31 Oct The People We Serve — Spotlight on: Tasia Hammond
Tasia Hammond, a ninth grader at the Cicely Tyson School of Performing and Fine Arts in East Orange, is a voracious reader. Her favorite is manga, Japanese adventure comics. She wants to be an animator when she graduates college.
Books have always been important to Tasia, the youngest of three. Her parents, both teachers, taught her to read when she was still a toddler and encouraged her get a library card when she was nine. But the first books the 14-year-old remembers actually owning came from Bridge of Books Foundation.
Tasia spotted a table of books on an after school visit to the Jersey Explorer Children’s Museum, across the street from her elementary school in East Orange.
“I said ‘are these books free?’” she laughed incredulously. “I took like seven books!”
The outgoing teenager returned almost every week, often bringing friends. She knocked on the door when it was closed. She had to explain to her mother how she acquired so many new volumes.
“She was like the Pied Piper of books,” Gary Patnosh, the energetic and teacherly co-director of the museum, said with evident pride.
Housed in a former library, the museum is designed and run by the NJ Youth Corps, a government-funded program that coaches at-risk people ages 16 to 25 to perform service projects. The NJ Youth Corps also helps with job training and education, among other things.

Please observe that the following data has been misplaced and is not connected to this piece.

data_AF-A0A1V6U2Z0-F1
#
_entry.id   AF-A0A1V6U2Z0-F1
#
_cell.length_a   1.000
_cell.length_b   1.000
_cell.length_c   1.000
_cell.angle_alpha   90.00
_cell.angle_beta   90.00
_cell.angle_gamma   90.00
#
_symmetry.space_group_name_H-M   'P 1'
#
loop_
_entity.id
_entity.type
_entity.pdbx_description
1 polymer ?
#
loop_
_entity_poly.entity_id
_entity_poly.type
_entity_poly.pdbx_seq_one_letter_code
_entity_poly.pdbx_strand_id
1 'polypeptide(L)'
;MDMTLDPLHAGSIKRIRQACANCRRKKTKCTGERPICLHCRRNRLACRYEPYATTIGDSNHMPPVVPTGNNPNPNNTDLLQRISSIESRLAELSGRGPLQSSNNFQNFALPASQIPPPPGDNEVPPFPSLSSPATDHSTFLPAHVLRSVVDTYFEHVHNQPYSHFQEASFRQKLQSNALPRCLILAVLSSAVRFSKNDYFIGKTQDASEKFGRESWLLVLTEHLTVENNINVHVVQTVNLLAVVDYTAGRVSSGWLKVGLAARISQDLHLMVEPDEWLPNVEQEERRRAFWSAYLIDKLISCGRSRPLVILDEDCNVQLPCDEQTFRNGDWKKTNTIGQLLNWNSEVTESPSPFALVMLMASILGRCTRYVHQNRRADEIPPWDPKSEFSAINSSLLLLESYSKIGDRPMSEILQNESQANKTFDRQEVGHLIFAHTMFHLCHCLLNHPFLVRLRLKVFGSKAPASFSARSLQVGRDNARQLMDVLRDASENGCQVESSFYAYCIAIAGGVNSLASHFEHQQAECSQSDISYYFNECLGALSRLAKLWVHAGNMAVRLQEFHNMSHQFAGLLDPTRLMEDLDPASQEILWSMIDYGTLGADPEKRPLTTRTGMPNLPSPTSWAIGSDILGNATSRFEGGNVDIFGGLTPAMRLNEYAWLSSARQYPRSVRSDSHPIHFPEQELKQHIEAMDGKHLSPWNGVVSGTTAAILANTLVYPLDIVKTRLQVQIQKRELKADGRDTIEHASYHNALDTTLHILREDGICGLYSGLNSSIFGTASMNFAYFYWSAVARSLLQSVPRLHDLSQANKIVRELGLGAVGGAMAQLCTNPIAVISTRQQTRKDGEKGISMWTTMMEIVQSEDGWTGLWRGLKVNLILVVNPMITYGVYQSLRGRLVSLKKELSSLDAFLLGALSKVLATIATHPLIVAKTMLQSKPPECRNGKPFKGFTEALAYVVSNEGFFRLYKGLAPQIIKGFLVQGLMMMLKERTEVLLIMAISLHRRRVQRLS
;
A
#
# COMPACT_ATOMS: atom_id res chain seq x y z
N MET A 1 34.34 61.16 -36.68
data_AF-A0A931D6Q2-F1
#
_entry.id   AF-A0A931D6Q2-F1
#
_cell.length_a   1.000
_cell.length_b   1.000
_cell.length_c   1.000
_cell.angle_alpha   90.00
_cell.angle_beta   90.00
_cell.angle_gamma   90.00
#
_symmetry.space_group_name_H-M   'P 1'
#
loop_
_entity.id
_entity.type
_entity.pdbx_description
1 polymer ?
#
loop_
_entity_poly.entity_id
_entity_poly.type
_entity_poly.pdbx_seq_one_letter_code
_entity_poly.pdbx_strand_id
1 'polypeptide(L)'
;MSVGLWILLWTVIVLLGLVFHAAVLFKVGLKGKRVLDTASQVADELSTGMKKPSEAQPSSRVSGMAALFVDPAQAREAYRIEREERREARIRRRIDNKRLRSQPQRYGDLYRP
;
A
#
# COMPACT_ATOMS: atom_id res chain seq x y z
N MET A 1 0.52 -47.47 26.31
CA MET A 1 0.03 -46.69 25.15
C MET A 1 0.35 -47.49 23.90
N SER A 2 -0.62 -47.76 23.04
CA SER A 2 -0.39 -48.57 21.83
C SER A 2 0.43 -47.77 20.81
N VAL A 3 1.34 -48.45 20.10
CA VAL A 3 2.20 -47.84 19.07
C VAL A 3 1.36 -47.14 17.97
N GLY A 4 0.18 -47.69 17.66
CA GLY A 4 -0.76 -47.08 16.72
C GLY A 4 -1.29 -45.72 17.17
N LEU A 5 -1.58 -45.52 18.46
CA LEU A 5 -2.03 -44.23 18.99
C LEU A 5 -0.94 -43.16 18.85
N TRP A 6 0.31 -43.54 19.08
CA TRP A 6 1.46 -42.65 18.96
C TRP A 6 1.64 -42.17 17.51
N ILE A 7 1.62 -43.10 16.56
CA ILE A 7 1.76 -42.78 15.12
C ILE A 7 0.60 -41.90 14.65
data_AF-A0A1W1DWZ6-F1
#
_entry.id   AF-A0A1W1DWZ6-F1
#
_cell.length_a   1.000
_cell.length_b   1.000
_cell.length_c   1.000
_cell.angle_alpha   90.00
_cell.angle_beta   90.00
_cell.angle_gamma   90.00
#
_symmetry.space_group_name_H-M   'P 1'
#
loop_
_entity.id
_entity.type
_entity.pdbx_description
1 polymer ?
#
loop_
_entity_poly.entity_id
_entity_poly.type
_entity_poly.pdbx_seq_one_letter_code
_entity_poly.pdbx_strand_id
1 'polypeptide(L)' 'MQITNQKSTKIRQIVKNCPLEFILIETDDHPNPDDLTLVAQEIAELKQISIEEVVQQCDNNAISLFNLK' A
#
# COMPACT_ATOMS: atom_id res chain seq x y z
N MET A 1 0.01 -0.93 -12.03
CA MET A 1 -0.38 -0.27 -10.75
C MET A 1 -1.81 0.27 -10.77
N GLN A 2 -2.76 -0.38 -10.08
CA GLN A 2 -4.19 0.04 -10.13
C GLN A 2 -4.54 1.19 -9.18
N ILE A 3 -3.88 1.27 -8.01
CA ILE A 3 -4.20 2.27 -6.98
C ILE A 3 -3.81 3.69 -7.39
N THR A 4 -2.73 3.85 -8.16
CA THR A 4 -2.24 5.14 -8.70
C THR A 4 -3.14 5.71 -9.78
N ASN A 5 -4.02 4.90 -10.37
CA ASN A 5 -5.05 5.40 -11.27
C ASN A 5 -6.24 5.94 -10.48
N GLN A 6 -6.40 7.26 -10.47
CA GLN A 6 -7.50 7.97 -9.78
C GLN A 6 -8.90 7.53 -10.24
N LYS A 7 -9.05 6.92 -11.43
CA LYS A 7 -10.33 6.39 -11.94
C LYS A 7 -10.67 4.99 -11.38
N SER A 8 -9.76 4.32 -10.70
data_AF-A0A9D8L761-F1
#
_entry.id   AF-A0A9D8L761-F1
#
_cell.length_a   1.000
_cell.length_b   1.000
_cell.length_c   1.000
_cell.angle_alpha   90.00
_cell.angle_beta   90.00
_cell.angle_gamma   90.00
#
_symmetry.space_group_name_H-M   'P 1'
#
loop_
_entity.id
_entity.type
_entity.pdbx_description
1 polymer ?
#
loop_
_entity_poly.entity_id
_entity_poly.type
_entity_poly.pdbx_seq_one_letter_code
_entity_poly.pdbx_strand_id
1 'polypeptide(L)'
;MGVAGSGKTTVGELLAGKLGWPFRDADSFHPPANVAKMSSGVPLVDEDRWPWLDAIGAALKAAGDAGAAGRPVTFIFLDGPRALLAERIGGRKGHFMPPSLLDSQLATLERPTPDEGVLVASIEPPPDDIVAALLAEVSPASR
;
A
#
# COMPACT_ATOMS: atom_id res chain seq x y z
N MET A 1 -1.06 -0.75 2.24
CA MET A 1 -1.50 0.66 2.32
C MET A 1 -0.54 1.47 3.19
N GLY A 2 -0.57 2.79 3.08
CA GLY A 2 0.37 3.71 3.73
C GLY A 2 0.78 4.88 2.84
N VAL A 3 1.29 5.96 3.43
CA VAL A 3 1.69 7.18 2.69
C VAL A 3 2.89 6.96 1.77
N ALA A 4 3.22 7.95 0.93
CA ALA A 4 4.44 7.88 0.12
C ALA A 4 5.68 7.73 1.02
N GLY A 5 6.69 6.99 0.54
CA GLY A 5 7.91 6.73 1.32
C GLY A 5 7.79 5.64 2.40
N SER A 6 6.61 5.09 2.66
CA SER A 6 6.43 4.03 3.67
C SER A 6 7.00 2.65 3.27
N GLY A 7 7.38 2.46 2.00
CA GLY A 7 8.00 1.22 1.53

Visitors to the museum are funneled through a warren of rooms cleverly outfitted with actors, and period details to recreate an emotional moment from history. One is a church basement in Birmingham, Alabama during the civil rights struggle, which, visitors are told, is subsequently bombed. One is a hideout on the underground railway made pricklingly real with farming implements, actors dressed as runaway slaves and the yowls of tracking dogs in the distance.
The museum is also used as a venue for neighborhood events like First Friday, a monthly gathering for preteens.
Mr. Patnosh has received thousands of books from Bridge of Books over the past eight years. He displays them in the museum lobbies and encourages children to take them as they leave.
In return, volunteers from NJ Youth Corps help BoB by distributing books to community groups throughout the state.
On one recent visit to the museum, Isaiah Moore, a bespectacled 12-year-old, seemed paralyzed by choice. He finally settled on a Star Wars novel, examining it minutely, then began to read it, still standing in the hallway.
“The books from here serve so many children throughout the community,” said East Orange Councilwoman Andrea McPhatter. “They really depend on them. When I tell you how far-reaching your efforts are, you’d really be surprised.”
Tasia explained what the program means to her:
“There are a lot of children whose parents can’t afford to get a book,” she said. “They are really missing out. Books to me are like a chance for a kid to go on an adventure. You just go to faraway places. But it’s not only imagination. It is knowledge.”
This article was written by Kirsty Sucato, a freelance writer and BoB volunteer. Photos are courtesy of Mary Ann Rounseville.